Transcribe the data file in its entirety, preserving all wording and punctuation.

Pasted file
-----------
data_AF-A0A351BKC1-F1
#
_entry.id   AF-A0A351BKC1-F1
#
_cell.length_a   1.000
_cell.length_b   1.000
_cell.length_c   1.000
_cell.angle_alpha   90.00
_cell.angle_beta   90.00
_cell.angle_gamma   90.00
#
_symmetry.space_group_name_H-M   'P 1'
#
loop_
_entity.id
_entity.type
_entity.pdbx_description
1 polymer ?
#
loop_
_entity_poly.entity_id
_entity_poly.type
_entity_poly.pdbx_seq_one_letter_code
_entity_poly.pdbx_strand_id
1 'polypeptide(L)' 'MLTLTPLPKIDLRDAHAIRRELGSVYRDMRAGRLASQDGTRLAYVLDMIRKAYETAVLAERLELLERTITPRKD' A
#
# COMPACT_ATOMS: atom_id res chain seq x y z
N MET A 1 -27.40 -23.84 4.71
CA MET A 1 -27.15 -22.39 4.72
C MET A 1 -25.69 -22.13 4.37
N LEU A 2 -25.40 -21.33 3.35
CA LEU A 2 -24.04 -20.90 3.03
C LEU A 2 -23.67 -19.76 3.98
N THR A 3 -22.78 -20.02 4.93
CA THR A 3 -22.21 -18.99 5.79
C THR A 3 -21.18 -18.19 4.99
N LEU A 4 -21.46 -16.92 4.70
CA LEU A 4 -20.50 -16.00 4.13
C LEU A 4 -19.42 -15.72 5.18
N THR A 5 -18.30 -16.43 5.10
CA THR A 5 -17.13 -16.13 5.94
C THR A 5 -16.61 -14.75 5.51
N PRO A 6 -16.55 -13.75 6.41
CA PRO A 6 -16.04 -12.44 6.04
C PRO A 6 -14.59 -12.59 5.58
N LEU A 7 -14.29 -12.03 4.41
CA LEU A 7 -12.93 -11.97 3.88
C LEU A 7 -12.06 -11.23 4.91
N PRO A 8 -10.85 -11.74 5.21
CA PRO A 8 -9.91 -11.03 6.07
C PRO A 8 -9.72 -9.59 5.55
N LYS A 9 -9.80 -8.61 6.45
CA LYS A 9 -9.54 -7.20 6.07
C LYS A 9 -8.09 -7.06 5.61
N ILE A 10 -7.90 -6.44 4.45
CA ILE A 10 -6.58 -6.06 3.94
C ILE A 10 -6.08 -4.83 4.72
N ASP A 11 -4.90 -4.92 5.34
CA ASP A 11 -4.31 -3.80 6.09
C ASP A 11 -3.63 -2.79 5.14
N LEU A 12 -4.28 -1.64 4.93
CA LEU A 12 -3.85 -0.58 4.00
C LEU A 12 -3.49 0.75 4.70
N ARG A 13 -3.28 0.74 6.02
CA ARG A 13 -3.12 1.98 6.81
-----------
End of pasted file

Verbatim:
data_AF-A0A351BKC1-F1
#
_entry.id   AF-A0A351BKC1-F1
#
_cell.length_a   1.000
_cell.length_b   1.000
_cell.length_c   1.000
_cell.angle_alpha   90.00
_cell.angle_beta   90.00
_cell.angle_gamma   90.00
#
_symmetry.space_group_name_H-M   'P 1'
#
loop_
_entity.id
_entity.type
_entity.pdbx_description
1 polymer ?
#
loop_
_entity_poly.entity_id
_entity_poly.type
_entity_poly.pdbx_seq_one_letter_code
_entity_poly.pdbx_strand_id
1 'polypeptide(L)' 'MLTLTPLPKIDLRDAHAIRRELGSVYRDMRAGRLASQDGTRLAYVLDMIRKAYETAVLAERLELLERTITPRKD' A
#
# COMPACT_ATOMS: atom_id res chain seq x y z
N MET A 1 -27.40 -23.84 4.71
CA MET A 1 -27.15 -22.39 4.72
C MET A 1 -25.69 -22.13 4.37
N LEU A 2 -25.40 -21.33 3.35
CA LEU A 2 -24.04 -20.90 3.03
C LEU A 2 -23.67 -19.76 3.98
N THR A 3 -22.78 -20.02 4.93
CA THR A 3 -22.21 -18.99 5.79
C THR A 3 -21.18 -18.19 4.99
N LEU A 4 -21.46 -16.92 4.70
CA LEU A 4 -20.50 -16.00 4.13
C LEU A 4 -19.42 -15.72 5.18
N THR A 5 -18.30 -16.43 5.10
CA THR A 5 -17.13 -16.13 5.94
C THR A 5 -16.61 -14.75 5.51
N PRO A 6 -16.55 -13.75 6.41
CA PRO A 6 -16.04 -12.44 6.04
C PRO A 6 -14.59 -12.59 5.58
N LEU A 7 -14.29 -12.03 4.41
CA LEU A 7 -12.93 -11.97 3.88
C LEU A 7 -12.06 -11.23 4.91
N PRO A 8 -10.85 -11.74 5.21
CA PRO A 8 -9.91 -11.03 6.07
C PRO A 8 -9.72 -9.59 5.55
N LYS A 9 -9.80 -8.61 6.45
CA LYS A 9 -9.54 -7.20 6.07
C LYS A 9 -8.09 -7.06 5.61
N ILE A 10 -7.90 -6.44 4.45
CA ILE A 10 -6.58 -6.06 3.94
C ILE A 10 -6.08 -4.83 4.72
N ASP A 11 -4.90 -4.92 5.34
CA ASP A 11 -4.31 -3.80 6.09
C ASP A 11 -3.63 -2.79 5.14
N LEU A 12 -4.28 -1.64 4.93
CA LEU A 12 -3.85 -0.58 4.00
C LEU A 12 -3.49 0.75 4.70
N ARG A 13 -3.28 0.74 6.02
CA ARG A 13 -3.12 1.98 6.81